Throughout the spring and summer of 1932, New York Governor Franklin D. Roosevelt was viewed as the heavy favorite to win the Democratic nomination. However, he did receive some unexpected setbacks, such as when Al Smith, the 1928 Democratic presidential nominee, defeated Roosevelt in the Massachusetts primary. However, as the Democratic Convention opened in Chicago, Roosevelt was believed to have more delegate votes than all of his opponents combined. Due to the two-thirds rule, however, many of Roosevelt's rivals hoped that he would be unable to win the nomination, and that the delegates would turn to them in later ballots.
On the first ballot Roosevelt was well ahead of his rivals, of whom the strongest was Smith. However, he was still below the two-thirds percentage he needed to win. On the next two ballots Roosevelt's total went up only slightly, and his managers - Louis Howe and James Farley - became concerned that if he did not win the nomination on the next few ballots, his strength would ebb and move to other candidates. Before the fourth ballot began, Farley and Howe cut a deal with the press baron William Randolph Hearst in which FDR would make John Nance Garner, the Speaker of the House of Representatives and also a candidate, his Vice President. Garner and his manager, Texas Congressman Sam Rayburn, agreed to the deal and on the fourth ballot Garner withdrew his candidacy and supported Roosevelt. Additionally, former Secretary of the Treasury William G. McAdoo, whose own presidential ambitions were thwarted by Al Smith eight years before, gleefully changed California's votes from Garner to Roosevelt, which set off a stampede that led to Roosevelt's nomination by the end of the fourth ballot.
|Franklin D. Roosevelt||666.5||677||682||945|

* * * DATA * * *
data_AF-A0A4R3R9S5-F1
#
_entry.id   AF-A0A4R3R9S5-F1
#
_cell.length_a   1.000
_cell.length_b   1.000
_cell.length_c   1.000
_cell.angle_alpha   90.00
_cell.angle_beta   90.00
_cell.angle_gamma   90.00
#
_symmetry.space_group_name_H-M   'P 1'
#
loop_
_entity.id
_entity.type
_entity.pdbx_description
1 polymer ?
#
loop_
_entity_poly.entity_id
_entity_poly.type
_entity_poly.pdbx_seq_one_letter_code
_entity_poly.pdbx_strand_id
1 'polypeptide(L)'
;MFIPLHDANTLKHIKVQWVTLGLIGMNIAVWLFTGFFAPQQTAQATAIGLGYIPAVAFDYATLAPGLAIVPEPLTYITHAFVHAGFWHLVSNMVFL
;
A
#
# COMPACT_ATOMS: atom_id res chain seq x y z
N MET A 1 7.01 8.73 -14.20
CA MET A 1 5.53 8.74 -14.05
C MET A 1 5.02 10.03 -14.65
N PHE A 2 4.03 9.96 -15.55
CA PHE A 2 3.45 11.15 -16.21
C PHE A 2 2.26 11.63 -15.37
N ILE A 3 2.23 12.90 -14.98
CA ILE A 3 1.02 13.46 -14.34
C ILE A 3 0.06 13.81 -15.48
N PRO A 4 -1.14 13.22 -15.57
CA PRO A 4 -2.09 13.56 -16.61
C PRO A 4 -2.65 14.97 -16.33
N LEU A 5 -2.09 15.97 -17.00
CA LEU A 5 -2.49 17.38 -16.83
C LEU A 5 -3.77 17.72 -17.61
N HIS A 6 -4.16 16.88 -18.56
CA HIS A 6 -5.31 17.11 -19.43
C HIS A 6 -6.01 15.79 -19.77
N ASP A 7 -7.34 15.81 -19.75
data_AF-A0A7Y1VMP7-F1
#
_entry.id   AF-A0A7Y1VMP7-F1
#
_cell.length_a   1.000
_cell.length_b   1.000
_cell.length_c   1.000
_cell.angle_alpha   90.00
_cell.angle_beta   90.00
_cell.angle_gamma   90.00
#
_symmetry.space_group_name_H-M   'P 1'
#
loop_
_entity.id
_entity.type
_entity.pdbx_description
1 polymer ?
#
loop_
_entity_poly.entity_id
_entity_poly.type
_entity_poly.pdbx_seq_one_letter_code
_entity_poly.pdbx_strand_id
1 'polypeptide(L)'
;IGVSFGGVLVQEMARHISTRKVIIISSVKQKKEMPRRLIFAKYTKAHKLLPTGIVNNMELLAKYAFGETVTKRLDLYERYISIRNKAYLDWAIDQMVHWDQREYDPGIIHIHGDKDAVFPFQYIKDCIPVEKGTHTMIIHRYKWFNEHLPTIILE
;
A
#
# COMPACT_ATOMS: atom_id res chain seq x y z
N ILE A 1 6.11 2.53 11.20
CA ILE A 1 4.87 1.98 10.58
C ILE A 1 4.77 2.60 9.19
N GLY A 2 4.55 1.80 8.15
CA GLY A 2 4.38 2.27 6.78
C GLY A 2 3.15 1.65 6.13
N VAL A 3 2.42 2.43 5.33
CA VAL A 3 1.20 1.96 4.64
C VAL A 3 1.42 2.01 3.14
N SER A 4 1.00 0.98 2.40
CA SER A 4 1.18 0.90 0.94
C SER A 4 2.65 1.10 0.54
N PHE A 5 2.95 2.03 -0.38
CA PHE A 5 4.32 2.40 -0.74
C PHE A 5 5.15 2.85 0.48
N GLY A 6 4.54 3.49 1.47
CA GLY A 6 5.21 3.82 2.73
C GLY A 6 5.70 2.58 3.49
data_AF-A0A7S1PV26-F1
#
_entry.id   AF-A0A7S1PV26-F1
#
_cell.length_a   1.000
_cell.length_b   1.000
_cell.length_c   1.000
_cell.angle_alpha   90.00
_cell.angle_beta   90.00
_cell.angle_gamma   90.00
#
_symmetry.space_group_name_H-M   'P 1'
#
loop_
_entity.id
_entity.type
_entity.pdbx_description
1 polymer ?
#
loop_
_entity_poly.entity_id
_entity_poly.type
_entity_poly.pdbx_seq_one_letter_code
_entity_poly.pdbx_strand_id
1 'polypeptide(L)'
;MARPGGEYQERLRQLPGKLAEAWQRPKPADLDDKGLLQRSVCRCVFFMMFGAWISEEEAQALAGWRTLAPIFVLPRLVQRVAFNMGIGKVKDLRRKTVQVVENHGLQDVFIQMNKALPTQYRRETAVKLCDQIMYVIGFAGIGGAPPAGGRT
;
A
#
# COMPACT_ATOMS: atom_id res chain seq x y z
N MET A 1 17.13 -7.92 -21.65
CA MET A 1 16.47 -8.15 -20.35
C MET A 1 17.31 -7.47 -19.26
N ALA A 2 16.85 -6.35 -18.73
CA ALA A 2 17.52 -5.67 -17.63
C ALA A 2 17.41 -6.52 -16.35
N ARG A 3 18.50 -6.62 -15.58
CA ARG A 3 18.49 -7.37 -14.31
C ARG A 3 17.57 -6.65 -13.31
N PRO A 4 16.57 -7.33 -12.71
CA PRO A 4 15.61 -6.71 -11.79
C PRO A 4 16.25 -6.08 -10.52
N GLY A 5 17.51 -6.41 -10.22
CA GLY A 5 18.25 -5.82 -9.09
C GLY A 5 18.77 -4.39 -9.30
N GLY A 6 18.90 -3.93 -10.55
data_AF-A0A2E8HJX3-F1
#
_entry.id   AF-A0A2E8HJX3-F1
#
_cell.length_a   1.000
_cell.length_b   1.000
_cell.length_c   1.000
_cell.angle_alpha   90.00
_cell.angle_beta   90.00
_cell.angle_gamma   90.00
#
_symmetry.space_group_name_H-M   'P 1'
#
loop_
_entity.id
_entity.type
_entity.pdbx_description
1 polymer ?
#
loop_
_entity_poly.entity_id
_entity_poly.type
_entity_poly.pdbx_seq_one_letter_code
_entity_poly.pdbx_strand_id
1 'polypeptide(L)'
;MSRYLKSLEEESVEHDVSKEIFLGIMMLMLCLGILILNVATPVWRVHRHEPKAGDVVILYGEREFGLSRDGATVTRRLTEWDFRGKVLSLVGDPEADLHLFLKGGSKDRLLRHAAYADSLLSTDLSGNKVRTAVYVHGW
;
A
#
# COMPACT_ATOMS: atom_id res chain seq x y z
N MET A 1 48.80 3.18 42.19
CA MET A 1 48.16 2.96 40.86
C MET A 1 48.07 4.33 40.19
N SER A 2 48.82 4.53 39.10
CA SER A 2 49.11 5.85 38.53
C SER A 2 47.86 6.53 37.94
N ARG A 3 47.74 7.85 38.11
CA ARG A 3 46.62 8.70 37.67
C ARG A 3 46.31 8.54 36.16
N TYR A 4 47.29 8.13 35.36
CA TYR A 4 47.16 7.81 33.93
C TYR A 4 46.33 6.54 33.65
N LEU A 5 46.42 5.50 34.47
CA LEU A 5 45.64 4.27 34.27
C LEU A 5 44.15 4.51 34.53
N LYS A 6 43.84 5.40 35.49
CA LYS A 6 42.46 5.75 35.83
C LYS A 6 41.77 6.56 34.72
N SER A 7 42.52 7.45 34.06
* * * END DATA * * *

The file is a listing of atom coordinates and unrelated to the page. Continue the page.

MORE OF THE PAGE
|John Nance Garner||90.25||90.25||101.3||-|
|Harry F. Byrd||25||24||25||-|
|Melvin A. Traylor||42.5||40||40||-|
|James A. Reed||24||18||27||-|
|Albert C. Ritchie||21||23||23||-|
|William H. Murray||23||-||-||-|
|Newton D. Baker||8.5||8.5||8.5||-|
|Vice Presidential Ballot|
|John Nance Garner||1154|
The Democratic Party Platform included repeal of Prohibition (devolving the decision of allowing or prohibiting alcohol to the individual states to decide for themselves).
As the year 1932 began, the Republican Party still had hopes that the worst of the Depression was over; in any case President Herbert Hoover controlled the party. Little-known former U.S. Senator Joseph I. France ran against Hoover in the primaries, often unopposed. His primary wins were tempered by two events: first, Hoover entered the Maryland primary and defeated France in his home state; second, few delegates to the national convention were chosen in the primaries.
Hoover's managers at the Republican National Convention ran a tight ship, not allowing expressions of concern for the direction of the nation. Hoover was nominated on the first ballot with 98% of the delegate vote.
The tally was spectacularly lopsided:
|Presidential Ballot, RNC 1932|
|President Herbert Hoover||1126.5|
|U.S. Senator John J. Blaine||13|
|Former President Calvin Coolidge||4.5|